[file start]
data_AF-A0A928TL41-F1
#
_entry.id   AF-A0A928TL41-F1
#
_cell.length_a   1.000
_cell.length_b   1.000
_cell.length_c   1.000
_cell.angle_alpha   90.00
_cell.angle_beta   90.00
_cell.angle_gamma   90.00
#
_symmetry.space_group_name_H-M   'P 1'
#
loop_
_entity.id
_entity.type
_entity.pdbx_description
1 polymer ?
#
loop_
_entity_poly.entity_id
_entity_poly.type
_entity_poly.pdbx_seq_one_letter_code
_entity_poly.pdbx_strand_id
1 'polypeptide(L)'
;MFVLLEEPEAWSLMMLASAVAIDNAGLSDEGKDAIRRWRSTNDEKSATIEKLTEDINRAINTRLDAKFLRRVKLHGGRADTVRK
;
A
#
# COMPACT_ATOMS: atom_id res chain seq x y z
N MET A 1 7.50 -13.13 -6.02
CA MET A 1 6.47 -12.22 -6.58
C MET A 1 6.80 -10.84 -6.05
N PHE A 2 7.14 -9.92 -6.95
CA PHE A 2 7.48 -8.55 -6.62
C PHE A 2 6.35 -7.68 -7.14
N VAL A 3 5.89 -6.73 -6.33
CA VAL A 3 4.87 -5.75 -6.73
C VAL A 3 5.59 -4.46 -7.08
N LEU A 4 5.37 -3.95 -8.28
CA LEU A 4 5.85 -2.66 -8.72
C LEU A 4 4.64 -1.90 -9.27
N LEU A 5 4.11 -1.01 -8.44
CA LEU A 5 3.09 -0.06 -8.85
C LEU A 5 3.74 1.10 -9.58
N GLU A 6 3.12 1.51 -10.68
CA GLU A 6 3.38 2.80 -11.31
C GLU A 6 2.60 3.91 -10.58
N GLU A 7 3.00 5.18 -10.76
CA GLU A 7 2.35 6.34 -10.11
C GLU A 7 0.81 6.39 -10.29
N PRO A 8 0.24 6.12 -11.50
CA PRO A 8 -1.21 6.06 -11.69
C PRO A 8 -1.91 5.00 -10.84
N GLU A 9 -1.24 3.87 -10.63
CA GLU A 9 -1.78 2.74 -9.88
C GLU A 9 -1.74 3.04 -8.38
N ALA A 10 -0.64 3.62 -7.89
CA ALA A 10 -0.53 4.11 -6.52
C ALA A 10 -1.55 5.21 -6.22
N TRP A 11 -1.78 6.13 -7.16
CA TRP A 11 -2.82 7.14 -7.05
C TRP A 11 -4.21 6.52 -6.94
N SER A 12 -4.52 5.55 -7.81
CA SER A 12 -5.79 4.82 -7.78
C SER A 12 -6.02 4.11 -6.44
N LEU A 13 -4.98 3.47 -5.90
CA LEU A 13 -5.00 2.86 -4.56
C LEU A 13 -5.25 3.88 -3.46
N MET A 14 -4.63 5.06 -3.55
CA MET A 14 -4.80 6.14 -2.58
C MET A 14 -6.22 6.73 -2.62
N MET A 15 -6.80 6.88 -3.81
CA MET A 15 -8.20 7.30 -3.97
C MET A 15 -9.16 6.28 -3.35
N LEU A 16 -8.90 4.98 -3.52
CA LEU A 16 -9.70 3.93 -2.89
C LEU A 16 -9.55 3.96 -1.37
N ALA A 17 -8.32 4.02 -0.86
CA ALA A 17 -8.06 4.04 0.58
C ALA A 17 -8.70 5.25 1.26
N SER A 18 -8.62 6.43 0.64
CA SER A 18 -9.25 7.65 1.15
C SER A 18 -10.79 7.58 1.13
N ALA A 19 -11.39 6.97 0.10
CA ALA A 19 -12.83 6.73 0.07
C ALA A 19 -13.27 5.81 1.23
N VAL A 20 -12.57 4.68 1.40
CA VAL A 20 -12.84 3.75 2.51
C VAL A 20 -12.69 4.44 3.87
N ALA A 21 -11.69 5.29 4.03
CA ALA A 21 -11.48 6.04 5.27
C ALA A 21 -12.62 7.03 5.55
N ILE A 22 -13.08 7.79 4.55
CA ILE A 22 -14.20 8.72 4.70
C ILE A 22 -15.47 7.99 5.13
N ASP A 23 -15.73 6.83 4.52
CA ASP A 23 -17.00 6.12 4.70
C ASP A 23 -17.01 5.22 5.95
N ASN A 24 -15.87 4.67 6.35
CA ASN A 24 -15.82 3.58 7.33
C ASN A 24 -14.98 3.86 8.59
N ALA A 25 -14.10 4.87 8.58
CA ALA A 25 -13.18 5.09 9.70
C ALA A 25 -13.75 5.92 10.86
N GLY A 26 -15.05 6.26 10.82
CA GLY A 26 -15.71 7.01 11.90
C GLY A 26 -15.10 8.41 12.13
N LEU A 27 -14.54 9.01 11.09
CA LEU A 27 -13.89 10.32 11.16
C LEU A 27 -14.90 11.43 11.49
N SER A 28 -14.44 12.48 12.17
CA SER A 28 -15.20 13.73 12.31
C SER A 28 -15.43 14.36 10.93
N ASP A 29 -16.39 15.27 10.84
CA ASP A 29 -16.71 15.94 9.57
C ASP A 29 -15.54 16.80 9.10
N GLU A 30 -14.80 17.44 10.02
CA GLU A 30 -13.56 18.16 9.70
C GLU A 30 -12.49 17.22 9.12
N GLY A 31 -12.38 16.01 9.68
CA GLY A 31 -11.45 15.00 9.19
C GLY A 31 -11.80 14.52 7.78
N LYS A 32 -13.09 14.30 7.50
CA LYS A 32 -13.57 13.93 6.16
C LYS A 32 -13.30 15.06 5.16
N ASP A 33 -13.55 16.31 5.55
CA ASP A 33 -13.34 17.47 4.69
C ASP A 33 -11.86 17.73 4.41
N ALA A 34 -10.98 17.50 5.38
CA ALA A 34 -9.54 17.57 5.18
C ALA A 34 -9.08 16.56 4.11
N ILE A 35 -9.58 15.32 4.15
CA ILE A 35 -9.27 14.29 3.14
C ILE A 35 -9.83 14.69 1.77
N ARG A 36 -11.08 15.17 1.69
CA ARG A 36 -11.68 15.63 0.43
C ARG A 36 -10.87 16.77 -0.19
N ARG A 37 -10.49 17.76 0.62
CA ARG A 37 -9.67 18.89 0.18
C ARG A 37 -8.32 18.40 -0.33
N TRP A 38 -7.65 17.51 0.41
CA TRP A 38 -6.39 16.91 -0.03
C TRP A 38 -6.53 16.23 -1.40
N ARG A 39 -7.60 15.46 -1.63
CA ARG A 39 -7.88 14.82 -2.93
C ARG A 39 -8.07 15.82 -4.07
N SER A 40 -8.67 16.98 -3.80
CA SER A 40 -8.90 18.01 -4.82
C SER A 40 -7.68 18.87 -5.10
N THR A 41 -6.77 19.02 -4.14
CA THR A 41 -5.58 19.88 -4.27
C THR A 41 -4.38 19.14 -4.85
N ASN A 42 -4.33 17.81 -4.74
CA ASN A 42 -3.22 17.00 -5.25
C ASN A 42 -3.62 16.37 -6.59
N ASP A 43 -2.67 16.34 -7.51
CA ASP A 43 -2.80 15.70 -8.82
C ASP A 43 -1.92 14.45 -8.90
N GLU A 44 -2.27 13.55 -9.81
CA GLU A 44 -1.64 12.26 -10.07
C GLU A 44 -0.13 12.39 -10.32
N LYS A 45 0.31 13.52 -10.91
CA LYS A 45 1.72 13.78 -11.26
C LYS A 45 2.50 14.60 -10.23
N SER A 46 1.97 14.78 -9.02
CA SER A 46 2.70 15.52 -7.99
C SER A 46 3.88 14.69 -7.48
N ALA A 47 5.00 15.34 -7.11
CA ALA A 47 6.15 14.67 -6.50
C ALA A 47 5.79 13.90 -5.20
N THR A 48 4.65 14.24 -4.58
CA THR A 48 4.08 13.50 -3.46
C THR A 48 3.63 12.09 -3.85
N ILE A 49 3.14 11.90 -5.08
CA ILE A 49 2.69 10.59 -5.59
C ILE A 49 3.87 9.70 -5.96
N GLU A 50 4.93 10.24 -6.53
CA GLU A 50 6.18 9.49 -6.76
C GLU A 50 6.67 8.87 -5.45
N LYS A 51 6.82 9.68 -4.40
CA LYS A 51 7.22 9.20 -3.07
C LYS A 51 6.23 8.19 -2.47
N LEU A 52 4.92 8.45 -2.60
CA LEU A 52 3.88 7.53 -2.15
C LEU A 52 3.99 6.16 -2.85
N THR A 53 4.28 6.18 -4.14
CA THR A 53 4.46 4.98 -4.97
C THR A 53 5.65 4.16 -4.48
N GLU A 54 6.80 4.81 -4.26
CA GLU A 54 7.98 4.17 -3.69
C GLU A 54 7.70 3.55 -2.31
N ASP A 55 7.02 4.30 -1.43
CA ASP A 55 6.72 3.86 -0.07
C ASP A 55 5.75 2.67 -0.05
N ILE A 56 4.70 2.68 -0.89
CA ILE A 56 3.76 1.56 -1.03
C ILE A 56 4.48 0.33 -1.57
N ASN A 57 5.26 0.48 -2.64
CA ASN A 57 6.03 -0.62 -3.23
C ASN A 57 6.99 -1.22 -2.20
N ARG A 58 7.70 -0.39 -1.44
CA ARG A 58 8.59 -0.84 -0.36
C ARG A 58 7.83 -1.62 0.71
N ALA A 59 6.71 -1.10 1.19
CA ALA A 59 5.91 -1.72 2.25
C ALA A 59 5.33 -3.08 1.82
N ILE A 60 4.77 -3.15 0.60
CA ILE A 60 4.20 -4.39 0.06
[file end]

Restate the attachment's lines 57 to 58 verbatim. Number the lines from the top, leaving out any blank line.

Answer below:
C GLU A 9 -1.74 3.04 -8.38
N ALA A 10 -0.64 3.62 -7.89